Wednesday, June 01, 2005

Sex! (Ha! That Got Your Attention, Didn't It?)

I was having an e-mail discussion with a friend a while back that really got me thinking. Said friend gets very torqued off by sexism, and was complaining rather bitterly about how women get less respect than men and less pay than men, how people tend to assume she won't understand technical stuff because she's a woman, etc. (And, um, if she happens to be reading this and recognizes herself: Hi! Thanks for making me think, and I hope I haven't misrepresented you any!)

This sort of conversation always makes me a little uncomfortable, because I feel that what I'm expected to do -- what most people will surely think is the only reasonable thing for me to do -- is to join in with my own chorus of moans about how unfair life is to women. And yet, I find that I can't. Because I've honestly never felt that I've been treated unfairly because of my gender in any way that was at all serious or important or genuinely hurtful. Sure, I've heard sexist remarks and encountered occasional chauvinistic attitudes, but never really in a context where I couldn't just roll my eyes, shrug it off, and go on about my life. And, hell, most of the really nasty sexist remarks and attitudes I've encountered have been directed against men. I mean, I could say "Men are a bunch of disgusting pigs and should all be shot!" and I'd probably get a chorus of "Amen, sister!"s. If I were to say something equivalent about women, I'd be repudiated and reviled, and quite rightly, too. Call me anti-feminist if you want, but that don't seem right to me.

And, OK, I've frequently encountered the attitude that no one -- and most very particularly no woman -- can be a complete human being without a spouse and kids and the whole white picket fence deal, and that anyone -- especially any woman -- who doesn't have those things is automatically to be pitied. And that makes steam come out of my ears and sets me off on rants that make my friend's small complaints look tame by comparison. But, you know, nobody has ever tried to force me to conform to that stereotype.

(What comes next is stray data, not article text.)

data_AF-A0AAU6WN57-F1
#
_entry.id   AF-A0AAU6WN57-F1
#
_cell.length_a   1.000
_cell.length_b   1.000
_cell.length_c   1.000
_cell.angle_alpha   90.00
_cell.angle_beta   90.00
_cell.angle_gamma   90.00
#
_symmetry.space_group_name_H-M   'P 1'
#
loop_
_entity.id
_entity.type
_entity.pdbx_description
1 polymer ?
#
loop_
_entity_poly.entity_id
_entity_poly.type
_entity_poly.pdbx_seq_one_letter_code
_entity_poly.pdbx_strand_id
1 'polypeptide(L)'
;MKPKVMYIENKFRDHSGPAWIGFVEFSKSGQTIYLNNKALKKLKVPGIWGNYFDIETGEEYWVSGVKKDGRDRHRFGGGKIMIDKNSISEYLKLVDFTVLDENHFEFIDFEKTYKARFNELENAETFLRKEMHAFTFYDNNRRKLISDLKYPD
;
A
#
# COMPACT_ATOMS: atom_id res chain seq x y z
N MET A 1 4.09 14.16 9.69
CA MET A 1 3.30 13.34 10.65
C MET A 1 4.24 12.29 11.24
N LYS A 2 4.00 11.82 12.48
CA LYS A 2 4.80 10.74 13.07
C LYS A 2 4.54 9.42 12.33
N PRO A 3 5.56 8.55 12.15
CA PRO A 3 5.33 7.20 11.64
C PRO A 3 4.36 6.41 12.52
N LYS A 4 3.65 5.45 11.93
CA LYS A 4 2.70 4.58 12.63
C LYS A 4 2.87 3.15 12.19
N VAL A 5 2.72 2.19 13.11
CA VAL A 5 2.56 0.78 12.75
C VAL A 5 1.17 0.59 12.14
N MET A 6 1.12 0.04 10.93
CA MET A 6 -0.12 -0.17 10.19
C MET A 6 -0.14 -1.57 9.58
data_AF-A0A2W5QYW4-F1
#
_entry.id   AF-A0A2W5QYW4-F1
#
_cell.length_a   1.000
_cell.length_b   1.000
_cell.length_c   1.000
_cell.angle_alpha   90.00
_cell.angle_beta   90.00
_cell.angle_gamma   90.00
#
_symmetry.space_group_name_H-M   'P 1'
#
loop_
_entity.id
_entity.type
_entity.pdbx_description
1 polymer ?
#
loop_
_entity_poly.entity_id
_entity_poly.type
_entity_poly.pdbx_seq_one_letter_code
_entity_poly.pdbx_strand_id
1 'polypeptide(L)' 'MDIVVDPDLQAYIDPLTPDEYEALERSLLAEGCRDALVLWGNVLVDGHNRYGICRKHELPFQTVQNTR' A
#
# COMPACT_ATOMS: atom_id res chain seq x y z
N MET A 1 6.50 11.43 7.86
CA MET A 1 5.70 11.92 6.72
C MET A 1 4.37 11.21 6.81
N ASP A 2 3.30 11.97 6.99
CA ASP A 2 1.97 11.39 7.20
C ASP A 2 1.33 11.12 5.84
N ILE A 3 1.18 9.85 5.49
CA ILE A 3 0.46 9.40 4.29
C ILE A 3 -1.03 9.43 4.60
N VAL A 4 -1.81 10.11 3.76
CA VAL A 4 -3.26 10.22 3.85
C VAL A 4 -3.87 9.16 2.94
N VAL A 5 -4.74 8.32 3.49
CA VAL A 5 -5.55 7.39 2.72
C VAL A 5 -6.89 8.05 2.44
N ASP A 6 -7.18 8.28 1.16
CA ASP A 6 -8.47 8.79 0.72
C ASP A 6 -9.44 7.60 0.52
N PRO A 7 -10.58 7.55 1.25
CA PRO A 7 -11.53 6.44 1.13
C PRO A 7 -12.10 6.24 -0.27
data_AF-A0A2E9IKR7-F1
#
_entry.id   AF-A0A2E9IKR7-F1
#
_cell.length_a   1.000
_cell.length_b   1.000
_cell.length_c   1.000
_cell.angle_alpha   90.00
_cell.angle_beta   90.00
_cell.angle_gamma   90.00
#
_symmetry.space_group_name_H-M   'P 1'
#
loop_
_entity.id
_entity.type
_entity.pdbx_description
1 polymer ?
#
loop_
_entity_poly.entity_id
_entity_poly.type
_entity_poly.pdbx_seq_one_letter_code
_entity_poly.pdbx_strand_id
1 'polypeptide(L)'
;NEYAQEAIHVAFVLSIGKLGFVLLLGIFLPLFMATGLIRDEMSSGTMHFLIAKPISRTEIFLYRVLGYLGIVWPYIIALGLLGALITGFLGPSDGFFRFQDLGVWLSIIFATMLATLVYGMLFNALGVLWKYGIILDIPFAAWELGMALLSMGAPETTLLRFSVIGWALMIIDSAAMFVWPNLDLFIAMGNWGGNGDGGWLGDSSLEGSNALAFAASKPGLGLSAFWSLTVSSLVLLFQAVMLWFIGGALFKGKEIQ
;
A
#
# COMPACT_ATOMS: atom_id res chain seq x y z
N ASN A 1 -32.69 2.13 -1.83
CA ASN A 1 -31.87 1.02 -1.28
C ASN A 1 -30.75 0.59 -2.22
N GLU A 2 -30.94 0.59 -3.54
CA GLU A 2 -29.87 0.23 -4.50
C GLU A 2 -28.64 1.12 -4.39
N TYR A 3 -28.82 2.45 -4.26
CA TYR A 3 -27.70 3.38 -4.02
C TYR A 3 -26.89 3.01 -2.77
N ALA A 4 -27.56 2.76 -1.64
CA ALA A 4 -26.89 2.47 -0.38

I was born at a pretty amazing period for women, really, a time when society was really starting to accept the idea that women are perfectly capable of and entitled to do anything that men have traditionally done, but where the numbers of women in traditionally male-dominated fields hadn't yet come to reflect that (as, indeed, they still haven't). As a result, when, as a young woman, I expressed an interest in science and computers, the response I got from teachers and other adults wasn't, "Why should a girl be interested in that? Go study Home Ec!" but "Great! There need to be more women in those fields!" And I was, if anything, singled out for support and encouragement I wouldn't have gotten if I were a boy. I went to a small technical college, where I studied astrophysics. The male:female ratio at the time was something like 4:1 (I understand it's much closer to 1:1 now), and I was occasionally the only female in a very small class, but I never felt out of place, or as if the professors or my fellow students expected anything different from me than from anybody else. And, while I'm sure the people involved would deny it, I have a pretty strong suspicion that my gender played a role in getting me the scholarship that carried me through my last year of college and in getting me the job I currently hold. Gender balance looks good for scholarship providers and employers.

So I honestly don't feel I can complain. It'd be all dishonest and hypocritical of me to join in with a rousing chorus of, "Yeah! We women always get the shit end of the stick!" when it's never been handed to me. Which isn't to say that women --- some women, many women, for all I know most women -- don't get the shit end of the stick. When I hear my friends talk about being made to feel inferior for being female, or like they're being held back in favor of men, or whatever, I certainly don't disbelieve them. And society hasn't remotely achieved real gender balance yet. (How many women are there in the US Congress again?) But I, personally, really can't complain. Especially when I compare the support and the opportunity and the freedom I've had to, well, most women in the entirety of human history, really.

Maybe I've just been lucky. Or unobservant. I've traditionally been both throughout my life. But I prefer to look on it as a good sign that there's at least one female in the world who can honestly say that she doesn't think her gender's made any important difference whatsoever in how the world has treated her.

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